Atmospheric plasma is an alternative way of delivering plasma treatment. This involves the use of a powerful jet of energised, compressed air that is directed at the components surface. The plasma is created by revolving a vortex of compressed air around a high-voltage discharge that is then blown out of the nozzle onto the part. The plasma being discharged from the nozzle can come out quite warm; around 200C which is useful for heavy contamination and moving over resilient parts such as metals with fingerprint or cutting fluid contamination. For delicate materials, the treatment is performed much faster, being able to treat 10 micron thick films without any problems.
Why is plasma treatment an effective pre-treatment?
Plasma treatment is often used as a pre-treatment in preparation for the next stage in the manufacturing process. This could be the application of coatings, high-quality printing or the bonding of materials. Alternatively, it could also be prior to gluing or lacquering. It is a highly effective cleaning process, removing any contaminants present on the surface of the material and sufficiently preparing it for processing. Unless treated, materials such as plastics can often lose any type of printing or coating performed on their surfaces as a result of their glossy texture and poor chemistry for adhesion. Plastics in particular are often more difficult; the fact that they consist of unreactive hydrocarbons means they don’t bond as easily. However, it is not solely plastics and metals that benefit from plasma treatment. Ceramics, composites, powder coatings and glass can also receive effective treatments to improve their performance.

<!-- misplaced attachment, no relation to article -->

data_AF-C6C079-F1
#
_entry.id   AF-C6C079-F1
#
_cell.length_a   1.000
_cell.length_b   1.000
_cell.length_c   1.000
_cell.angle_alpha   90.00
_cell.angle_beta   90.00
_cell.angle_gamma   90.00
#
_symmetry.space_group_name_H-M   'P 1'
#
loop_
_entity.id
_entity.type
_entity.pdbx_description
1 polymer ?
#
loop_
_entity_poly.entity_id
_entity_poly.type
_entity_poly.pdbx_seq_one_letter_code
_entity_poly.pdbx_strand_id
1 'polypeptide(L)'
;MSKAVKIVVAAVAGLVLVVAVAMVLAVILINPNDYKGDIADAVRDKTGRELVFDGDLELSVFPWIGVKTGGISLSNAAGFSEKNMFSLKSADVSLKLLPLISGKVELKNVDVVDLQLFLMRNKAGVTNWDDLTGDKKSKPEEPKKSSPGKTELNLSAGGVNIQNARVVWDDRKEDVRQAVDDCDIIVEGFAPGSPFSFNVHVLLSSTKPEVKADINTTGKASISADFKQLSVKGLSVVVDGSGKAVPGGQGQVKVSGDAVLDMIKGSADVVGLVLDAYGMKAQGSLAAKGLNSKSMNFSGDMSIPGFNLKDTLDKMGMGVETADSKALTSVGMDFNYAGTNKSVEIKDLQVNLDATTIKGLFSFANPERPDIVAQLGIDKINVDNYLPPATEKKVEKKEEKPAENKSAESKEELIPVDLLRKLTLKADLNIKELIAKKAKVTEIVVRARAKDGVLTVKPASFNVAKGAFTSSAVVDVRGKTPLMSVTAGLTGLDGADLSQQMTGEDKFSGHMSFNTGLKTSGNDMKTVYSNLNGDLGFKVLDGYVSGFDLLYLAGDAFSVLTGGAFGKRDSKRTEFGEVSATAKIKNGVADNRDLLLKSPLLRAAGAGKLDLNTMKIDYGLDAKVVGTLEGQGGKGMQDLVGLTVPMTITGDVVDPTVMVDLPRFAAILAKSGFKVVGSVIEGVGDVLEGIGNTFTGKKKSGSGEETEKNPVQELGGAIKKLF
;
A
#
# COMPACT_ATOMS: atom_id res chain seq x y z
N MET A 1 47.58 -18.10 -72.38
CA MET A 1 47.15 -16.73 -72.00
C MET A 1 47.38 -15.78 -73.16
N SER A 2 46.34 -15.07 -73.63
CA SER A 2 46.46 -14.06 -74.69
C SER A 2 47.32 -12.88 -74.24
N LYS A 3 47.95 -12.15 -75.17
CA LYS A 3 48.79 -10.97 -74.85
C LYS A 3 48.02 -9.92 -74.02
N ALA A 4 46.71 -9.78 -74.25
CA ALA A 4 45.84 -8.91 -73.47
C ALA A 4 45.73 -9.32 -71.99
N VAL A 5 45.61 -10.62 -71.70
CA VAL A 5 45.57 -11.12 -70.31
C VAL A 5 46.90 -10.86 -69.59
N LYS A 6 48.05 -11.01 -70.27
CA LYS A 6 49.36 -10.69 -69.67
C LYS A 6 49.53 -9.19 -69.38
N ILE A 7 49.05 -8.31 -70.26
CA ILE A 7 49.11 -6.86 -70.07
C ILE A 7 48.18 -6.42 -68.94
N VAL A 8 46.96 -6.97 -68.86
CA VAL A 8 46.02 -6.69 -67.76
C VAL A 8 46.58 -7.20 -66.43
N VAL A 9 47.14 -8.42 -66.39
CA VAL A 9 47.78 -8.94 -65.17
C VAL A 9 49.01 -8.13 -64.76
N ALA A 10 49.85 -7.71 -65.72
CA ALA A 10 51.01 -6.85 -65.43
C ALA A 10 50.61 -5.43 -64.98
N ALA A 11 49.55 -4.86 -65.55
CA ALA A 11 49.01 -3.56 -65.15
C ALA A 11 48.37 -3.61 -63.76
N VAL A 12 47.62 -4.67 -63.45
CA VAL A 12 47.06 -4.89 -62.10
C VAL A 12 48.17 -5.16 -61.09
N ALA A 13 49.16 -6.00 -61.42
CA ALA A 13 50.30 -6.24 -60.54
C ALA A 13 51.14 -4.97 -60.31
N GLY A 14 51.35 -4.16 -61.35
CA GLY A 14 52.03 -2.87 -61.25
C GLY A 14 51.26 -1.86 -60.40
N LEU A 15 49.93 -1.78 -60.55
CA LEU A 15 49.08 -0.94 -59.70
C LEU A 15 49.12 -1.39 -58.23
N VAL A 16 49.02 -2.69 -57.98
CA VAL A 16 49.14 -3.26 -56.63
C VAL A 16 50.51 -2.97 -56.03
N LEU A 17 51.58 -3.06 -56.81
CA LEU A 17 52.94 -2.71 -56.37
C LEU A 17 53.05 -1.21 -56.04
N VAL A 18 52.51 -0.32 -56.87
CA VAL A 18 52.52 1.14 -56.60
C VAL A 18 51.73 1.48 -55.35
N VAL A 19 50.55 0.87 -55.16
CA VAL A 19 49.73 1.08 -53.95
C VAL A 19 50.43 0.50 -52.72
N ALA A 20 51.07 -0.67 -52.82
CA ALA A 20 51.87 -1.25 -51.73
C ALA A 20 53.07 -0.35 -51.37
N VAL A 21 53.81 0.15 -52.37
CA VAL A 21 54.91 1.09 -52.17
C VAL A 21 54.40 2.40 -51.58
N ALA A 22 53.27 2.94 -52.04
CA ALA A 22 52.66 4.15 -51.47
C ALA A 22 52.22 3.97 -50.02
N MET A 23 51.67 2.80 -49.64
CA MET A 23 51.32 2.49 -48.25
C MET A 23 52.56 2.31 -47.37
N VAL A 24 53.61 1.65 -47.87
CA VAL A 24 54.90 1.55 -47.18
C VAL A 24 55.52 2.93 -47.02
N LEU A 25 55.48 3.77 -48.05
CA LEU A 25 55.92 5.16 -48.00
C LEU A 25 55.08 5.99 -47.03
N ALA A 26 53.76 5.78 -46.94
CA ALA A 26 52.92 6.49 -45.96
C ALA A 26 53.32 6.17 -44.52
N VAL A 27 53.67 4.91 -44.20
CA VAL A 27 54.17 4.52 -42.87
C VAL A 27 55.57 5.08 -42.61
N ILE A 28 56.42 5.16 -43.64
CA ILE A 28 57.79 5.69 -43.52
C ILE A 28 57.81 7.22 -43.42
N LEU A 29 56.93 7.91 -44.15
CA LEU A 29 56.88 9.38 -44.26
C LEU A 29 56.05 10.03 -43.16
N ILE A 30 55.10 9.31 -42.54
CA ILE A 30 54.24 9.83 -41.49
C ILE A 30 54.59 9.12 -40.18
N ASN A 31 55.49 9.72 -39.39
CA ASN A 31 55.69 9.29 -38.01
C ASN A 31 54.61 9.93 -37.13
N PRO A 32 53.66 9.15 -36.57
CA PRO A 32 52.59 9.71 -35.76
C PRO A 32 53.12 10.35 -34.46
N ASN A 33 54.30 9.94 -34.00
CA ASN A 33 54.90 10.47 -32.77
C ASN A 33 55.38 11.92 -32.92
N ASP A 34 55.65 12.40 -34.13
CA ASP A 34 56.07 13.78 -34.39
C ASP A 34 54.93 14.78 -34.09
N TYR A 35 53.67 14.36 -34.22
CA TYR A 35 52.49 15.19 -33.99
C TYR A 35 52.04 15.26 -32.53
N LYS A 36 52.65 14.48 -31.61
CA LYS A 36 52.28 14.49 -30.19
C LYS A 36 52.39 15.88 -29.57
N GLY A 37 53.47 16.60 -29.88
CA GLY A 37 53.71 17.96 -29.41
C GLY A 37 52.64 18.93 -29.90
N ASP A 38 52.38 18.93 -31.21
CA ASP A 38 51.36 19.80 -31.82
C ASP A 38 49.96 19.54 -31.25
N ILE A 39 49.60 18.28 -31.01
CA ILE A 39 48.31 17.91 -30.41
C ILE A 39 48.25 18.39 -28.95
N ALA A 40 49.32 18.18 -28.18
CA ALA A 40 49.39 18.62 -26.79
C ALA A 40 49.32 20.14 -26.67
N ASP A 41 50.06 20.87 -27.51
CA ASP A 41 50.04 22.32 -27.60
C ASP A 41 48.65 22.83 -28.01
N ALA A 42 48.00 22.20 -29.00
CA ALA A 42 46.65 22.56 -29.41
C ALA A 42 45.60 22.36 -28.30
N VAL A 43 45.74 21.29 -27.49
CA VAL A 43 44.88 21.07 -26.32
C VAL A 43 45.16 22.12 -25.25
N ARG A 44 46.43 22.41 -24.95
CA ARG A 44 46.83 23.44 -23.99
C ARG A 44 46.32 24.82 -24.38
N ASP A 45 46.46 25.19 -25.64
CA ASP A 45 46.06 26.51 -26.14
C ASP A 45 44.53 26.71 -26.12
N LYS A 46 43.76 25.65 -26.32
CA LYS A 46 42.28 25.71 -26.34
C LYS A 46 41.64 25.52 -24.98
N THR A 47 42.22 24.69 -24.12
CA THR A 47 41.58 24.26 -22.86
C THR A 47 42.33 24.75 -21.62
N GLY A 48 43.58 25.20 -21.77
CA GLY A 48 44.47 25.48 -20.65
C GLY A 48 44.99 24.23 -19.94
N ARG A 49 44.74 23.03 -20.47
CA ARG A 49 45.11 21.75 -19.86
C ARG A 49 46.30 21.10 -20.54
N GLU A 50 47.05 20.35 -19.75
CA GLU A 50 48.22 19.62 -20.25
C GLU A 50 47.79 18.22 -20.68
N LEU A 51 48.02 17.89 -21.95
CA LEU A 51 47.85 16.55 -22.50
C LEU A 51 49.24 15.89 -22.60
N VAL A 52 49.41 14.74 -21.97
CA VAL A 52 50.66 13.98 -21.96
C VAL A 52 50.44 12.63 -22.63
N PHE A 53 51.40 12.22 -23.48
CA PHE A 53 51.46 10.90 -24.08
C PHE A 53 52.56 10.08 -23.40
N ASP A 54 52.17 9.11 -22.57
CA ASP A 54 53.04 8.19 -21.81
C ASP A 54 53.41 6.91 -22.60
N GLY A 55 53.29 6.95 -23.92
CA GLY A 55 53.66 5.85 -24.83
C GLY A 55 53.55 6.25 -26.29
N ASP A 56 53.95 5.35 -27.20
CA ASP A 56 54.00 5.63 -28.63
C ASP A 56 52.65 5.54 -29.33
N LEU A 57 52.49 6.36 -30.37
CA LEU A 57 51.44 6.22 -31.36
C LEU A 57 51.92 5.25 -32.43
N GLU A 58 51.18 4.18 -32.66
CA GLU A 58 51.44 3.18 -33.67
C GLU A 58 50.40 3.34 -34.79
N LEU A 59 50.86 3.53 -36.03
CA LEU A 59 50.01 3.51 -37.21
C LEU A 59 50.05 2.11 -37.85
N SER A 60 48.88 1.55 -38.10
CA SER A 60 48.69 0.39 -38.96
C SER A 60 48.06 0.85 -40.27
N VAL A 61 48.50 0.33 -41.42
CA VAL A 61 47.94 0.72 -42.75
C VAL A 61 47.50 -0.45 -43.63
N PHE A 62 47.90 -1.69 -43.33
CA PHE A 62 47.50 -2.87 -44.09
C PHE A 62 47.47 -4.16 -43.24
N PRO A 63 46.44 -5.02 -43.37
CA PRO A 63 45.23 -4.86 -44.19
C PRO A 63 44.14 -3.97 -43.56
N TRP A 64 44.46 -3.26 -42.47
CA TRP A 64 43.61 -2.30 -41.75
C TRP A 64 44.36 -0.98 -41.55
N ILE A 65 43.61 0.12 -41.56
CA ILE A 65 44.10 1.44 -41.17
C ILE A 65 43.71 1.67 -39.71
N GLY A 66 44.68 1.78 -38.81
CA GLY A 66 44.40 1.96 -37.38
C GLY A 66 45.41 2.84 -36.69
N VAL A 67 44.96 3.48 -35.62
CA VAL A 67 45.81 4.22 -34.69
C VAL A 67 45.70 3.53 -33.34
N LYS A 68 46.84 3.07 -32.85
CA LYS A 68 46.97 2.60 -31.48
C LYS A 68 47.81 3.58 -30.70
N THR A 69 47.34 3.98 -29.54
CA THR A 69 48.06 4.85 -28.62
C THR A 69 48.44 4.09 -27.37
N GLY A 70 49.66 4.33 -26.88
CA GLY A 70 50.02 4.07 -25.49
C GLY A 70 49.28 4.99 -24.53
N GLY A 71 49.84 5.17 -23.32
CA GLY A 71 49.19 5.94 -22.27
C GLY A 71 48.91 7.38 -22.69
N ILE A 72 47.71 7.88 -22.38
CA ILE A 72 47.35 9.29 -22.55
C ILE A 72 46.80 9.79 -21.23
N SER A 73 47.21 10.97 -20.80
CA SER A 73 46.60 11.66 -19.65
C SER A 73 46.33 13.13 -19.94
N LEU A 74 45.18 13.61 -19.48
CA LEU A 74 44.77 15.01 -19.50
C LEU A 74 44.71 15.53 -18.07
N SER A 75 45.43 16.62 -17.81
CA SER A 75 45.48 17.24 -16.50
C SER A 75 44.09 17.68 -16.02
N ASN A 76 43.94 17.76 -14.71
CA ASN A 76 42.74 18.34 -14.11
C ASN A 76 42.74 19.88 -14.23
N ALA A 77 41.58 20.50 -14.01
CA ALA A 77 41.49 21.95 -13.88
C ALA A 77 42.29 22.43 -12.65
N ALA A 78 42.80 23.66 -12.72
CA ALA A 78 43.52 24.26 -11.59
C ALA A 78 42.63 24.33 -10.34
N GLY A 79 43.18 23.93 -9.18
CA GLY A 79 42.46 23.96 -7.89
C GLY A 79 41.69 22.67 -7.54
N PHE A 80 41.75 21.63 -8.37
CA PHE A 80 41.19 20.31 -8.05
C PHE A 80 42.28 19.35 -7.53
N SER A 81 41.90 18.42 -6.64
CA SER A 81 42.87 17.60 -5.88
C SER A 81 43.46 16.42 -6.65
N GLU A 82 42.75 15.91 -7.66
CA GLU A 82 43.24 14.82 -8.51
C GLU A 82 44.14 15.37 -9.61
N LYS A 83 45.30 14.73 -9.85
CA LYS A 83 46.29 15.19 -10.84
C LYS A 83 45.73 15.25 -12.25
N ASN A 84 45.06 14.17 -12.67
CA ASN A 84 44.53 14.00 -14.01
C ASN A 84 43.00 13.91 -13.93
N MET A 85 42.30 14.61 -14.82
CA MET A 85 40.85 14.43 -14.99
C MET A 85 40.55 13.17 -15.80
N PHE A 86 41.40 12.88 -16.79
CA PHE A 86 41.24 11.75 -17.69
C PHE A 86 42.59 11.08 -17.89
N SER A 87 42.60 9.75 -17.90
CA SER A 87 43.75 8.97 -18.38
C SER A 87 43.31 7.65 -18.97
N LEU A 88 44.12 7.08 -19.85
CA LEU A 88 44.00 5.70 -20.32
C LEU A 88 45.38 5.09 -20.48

How long do plasma treatments last?
The lifetime of plasma surface treatments vary, depending on the material and specific treatment. Contrary to popular belief, plasma activation doesn’t last forever. It could be anything from minutes to days or even months. At some point though, the material would need to undergo plasma activation again to regain the same results.
Of course, some materials are activated for longer than others, depending on what they are. Plasma surface treatment performed on plastics, for example, can last as long as a couple of months. Specialist surface treatment providers, such as Tantec UK & Ireland, can measure the surface activation lifespan of a material in dedicated testing facilities, utilising expertise in contact angle measurement and test inks. This then helps us to determine the optimum parameters for plasma treatment for our customers.
Experts in plasma treatment since 1974
For nearly 50 years, Tantec UK & Ireland has been one of the leading providers of plasma surface treatment systems across the United Kingdom and Ireland. We’re proud to have developed industry-leading products that support high-technology markets such as automotive, FMCG and medical devices. If you’re looking for an expert partner in plasma surface treatments, contact us today for more information on how we can help you.